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Lockheed Martin Sells Satellite Telecom Unit
Intelsat Will Acquire Comsat General


The $90 million sale of Comsat General nearly completes Lockheed Martin's exit from commercial satellite services. (Ken Cedeno -- Bloomberg News Service)

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By Greg Schneider
Washington Post Staff Writer
Wednesday, May 12, 2004; Page E05

Lockheed Martin Corp. said yesterday it has agreed to sell its satellite telecommunications services business to Intelsat Ltd. for $90 million.

The sale of the business, called Comsat General, nearly completes the Bethesda defense contractor's dismantling of an expensive foray into commercial satellite services. Comsat General sells satellite services to business and government and posted revenue of about $150 million last year.

Intelsat, one of the world's biggest satellite companies, said the acquisition will expand its ability to offer communications services to governments. "The U.S. and other NATO country governments currently rely on commercial satellite capacity for a substantial portion of their mission-critical communications and customized services. We believe that the acquisition . . . will solidify Intelsat's competitive position in this important market," Intelsat chief executive Conny Kullman said in a news release.

Lockheed Martin is one of Intelsat's largest shareholders, with about a 24 percent stake. Under the terms of the deal announced yesterday, up to $40 million of the purchase price could come in stock instead of cash. Intelsat also bought an Atlas rocket from Lockheed Martin yesterday for a satellite launch later this year. The companies did not disclose the cost of that purchase.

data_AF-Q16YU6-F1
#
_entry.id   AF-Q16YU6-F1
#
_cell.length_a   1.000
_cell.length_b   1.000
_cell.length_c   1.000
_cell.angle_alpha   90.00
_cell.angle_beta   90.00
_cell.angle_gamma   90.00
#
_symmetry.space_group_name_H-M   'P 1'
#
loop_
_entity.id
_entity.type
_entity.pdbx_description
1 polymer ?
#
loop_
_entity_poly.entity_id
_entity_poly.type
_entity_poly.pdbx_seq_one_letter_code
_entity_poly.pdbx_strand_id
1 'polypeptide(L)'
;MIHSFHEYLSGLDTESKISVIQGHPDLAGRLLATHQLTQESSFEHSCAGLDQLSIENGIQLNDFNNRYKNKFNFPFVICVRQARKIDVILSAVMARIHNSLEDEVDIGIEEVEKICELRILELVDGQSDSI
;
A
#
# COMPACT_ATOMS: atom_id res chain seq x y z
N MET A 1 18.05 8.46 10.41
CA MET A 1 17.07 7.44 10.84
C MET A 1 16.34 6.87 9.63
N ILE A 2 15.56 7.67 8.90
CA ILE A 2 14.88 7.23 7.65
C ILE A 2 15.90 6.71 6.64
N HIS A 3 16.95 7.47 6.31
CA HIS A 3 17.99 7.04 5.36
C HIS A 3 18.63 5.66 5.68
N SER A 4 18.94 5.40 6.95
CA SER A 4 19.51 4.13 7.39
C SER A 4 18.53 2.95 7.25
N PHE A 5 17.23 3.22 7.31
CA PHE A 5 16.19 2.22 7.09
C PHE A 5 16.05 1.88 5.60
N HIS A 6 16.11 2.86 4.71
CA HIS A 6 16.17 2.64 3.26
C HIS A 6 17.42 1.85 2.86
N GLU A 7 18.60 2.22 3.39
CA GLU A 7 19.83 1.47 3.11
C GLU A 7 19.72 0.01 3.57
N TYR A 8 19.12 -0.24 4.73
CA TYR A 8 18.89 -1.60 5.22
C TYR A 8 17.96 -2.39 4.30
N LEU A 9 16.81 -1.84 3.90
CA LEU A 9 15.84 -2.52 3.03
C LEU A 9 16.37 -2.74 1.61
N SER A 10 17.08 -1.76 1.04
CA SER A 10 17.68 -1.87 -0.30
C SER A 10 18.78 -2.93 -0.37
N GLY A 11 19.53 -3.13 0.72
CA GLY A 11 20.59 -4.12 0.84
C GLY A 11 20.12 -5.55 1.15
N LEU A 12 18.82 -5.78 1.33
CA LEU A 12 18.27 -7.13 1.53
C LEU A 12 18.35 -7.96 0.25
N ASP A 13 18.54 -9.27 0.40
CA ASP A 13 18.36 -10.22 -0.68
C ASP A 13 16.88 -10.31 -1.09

The sale of Comsat General leaves Lockheed Martin with only one major business unit remaining from its purchase of Comsat Corp. in 2000 -- Lockheed Martin Intersputnik, a commercial satellite over the Indian Ocean. Spokesman Jeff Adams said Lockheed Martin is "actively" trying to sell that business as well.

The world's biggest defense contractor tried to diversify into telecommunications in the late 1990s when that market was booming and military sales were flat. It spent two years and $2.6 billion acquiring Comsat Corp., fighting for approval from Congress and the Federal Communications Commission to buy what had been a quasi-public entity formed at the very birth of satellite communications in the 1960s.

But the dot-com crash and the expansion of fiber optics contributed to a collapse in demand for satellite services. In late 2001, Lockheed Martin took a $1.7 billion charge to write down the Comsat purchase and has been selling off the components of the company ever since.

Yesterday's transaction "is consistent with our intent to focus on core businesses and monetize valuable assets that are not elements of our long-term strategy," Lockheed Martin financial strategist Jeffrey MacLauchlan said in a news release. The company's focus now is on defense, government information technology and homeland security. Home

© 2004 The Washington Post Company

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